But, with this episode of Discovery, Star Trek is pivoting towards a realistic approach to alien communication. Within Trek canon, part of the reason that aliens all tend to be “humanoid” (that is, look like humans in funny prosthetics) is that an ancient alien species “seeded” the galaxy with various versions of itself. As revealed in the TNG episode “The Chase,” Klingons, Humans, Vulcans, and many more share a common ancestor who influenced evolution on countless planets. But that explanation is limited to our galaxy. With “The Galactic Barrier,” Trek seems to be headed into different theoretical territory. What about aliens who aren’t part of that larger “family” of humanoids? How do we talk to them?

This has long been a serious question for science fiction authors and scholars. In fact, Dr. Kovich’s assertion about confirmation bias in Trek’s universal translator is very similar to something celebrated SF author Paul Park wrote in his essay on fictional aliens, “If Lions Could Speak.”

“The words we put into an alien mouth, the feeling into an alien heart, the tools into alien hands, what can they be but imitations of our words, feelings, [and] tools?”

Star Trek has gone here before, but not as often as you might think. Generally speaking, when Star Trek characters encounter non-humanoid aliens, those species tend to be either confused space animals (like the Horta or Gormagander) or super-advanced beings (like Q or The Prophets), the latter of which can generally figure out how to communicate with us.

In the beginning, Star Trek was created to portray “aliens” in a somewhat allegorical light. One of Gene Roddenberry’s first concepts was the notion that the crew would explore “parallel Earths,” not in a literal sense, but metaphorically. The idea that the classic Enterprise would mostly encounter aliens that looked like humans was a storytelling necessity, and the larger canon simply embraced the preponderance of human-looking aliens.

Again, there are exceptions to the verbal, humanoid alien species in Star Trek, but not many. And even when Trek has encountered alien intelligences beyond the ability of the universal translator, the shortcut is almost always telepathy. But what if telepathy isn’t an option either?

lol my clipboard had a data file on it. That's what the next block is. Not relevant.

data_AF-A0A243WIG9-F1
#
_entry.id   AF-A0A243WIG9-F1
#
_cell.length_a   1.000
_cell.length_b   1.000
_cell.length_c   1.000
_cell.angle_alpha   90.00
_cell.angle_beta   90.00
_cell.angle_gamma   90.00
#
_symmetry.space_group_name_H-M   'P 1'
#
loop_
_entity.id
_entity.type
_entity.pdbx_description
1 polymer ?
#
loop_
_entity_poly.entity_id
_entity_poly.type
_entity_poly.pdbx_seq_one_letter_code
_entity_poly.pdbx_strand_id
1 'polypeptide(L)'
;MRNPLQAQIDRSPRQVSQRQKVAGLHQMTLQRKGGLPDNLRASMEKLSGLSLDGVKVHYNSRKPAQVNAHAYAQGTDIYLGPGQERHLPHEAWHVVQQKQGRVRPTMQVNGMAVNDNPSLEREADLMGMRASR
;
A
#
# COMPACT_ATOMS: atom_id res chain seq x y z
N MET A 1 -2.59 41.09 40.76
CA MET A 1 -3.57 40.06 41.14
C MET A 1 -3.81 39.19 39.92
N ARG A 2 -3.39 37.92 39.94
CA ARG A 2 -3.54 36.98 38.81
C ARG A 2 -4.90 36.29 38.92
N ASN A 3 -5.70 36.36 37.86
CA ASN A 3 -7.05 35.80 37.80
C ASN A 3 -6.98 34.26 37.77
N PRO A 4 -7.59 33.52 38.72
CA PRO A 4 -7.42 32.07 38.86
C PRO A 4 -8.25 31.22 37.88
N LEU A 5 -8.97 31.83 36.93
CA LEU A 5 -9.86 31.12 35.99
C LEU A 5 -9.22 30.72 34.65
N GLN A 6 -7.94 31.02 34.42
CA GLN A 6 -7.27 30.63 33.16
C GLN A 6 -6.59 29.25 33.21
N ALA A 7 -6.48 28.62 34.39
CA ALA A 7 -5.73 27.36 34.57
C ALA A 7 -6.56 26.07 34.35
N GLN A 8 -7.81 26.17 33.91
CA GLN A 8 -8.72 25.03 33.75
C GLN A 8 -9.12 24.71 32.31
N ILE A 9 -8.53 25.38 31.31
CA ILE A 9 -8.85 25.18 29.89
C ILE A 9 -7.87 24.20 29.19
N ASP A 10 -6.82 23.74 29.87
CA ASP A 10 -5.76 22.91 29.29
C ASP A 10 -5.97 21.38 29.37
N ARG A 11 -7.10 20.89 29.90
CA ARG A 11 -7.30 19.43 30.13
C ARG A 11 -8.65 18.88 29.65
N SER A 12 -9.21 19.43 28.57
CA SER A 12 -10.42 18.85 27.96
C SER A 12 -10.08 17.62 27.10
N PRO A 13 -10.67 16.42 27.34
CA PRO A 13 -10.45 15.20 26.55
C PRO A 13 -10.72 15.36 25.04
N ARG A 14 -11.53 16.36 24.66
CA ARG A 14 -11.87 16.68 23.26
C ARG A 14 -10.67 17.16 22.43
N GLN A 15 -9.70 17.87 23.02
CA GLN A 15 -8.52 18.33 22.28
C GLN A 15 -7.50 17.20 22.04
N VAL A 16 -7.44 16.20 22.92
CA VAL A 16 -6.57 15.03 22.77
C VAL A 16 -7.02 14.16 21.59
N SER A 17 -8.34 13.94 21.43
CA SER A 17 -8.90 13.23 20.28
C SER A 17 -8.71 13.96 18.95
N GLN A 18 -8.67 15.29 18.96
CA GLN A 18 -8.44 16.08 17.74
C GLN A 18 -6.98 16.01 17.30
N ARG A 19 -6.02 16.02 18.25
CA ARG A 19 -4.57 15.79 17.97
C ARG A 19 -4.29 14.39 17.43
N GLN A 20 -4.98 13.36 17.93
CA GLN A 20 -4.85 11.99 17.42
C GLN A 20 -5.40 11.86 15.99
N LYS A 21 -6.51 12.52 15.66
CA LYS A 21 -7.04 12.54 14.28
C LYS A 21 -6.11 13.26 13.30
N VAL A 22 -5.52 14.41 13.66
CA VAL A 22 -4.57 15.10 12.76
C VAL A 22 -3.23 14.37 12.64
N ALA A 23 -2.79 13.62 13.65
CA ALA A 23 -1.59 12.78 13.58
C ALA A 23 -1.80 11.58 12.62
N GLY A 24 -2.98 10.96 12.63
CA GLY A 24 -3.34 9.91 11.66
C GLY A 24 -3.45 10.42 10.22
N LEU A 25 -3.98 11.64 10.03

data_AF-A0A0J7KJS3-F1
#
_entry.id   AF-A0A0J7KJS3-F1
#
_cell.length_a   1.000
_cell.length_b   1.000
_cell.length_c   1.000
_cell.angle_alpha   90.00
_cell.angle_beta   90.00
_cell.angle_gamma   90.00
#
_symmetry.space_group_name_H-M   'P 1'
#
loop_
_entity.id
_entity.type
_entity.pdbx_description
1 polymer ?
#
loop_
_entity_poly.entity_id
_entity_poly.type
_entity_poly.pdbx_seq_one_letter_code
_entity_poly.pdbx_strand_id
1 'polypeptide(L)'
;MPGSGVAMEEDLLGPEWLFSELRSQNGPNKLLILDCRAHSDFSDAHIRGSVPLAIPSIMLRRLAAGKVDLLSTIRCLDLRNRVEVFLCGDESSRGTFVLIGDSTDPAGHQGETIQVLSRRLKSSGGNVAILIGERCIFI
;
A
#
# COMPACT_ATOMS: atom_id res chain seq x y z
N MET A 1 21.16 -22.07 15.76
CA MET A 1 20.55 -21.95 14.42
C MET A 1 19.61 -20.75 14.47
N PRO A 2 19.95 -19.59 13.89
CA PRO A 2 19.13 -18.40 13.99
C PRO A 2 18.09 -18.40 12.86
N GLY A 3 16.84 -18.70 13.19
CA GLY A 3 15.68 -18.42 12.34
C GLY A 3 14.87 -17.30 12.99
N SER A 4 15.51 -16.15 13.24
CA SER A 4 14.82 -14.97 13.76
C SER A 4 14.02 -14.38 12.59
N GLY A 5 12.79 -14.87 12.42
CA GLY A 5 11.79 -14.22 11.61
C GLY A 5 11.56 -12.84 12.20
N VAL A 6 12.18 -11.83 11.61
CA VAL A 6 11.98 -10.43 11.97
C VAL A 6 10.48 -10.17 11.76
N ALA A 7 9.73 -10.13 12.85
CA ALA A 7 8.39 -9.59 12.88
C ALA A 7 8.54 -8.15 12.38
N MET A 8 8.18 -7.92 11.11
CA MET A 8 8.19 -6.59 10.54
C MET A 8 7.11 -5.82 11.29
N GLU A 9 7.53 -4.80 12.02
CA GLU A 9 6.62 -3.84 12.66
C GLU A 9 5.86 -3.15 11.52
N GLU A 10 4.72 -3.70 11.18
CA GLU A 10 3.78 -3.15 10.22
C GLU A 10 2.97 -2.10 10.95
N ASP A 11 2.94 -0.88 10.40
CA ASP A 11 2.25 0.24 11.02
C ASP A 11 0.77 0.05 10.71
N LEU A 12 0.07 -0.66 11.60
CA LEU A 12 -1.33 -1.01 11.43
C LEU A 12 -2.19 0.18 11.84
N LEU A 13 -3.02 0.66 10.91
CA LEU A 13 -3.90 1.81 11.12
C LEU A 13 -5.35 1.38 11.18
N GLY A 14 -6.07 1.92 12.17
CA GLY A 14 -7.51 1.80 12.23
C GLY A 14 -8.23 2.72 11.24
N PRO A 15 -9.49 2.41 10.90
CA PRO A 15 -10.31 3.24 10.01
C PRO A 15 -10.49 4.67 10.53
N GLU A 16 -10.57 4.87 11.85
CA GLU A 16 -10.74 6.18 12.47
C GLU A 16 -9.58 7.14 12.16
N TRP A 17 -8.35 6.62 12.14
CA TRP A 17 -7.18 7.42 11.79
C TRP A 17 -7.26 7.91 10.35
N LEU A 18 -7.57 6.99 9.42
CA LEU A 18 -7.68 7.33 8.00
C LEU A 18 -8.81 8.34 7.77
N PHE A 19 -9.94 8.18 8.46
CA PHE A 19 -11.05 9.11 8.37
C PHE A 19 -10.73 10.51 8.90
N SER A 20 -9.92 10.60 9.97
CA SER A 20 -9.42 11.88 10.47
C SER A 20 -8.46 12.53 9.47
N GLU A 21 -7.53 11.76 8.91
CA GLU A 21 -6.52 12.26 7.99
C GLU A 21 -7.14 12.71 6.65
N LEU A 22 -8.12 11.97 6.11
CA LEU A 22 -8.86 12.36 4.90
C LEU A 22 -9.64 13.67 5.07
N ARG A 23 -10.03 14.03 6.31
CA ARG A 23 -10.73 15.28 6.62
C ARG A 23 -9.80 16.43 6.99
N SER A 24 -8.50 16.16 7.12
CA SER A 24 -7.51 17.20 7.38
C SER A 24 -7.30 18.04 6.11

Starfleet, the Klingon Empire, the Romulans, and the Cardassians all learn about their shared extraterrestrial ancestry in The Next Generation episode “The Chase.”


What’s great about this conversation in Discovery is that it gestures at something good science fiction always struggles with: How do we depict aliens without simply making them seem like humans from another planet? This could possibly push the interactions with species Ten-C closer to something like in the film Arrival rather than the sorts of stories Star Trek has told before.

The stakes with this Discovery episode are high. Perhaps, for the very first time, the Star Trek franchise could tackle alien life beyond the galaxy and depict it as something truly unimaginable. We tend to think of Star Trek’s aliens as being mirrors for ourselves, but what if Discovery is doing something new here? If the intent is to portray aliens as, well, alien, Trek may go where it’s never gone before.

Perhaps the boldest thing Discovery could do is have the crew encounter the Ten-C, but be totally unable to communicate with the species. Trek isn’t generally lauded for its realism, but if the Ten-C remains truly unreachable and mysterious, it could be the most realistic thing the franchise has done in years.

Star Trek: Disccovery has three episodes left in Season 4, which air on Thursdays on Paramount+. Here’s the breakdown of the Star Trek schedule for the rest of the year.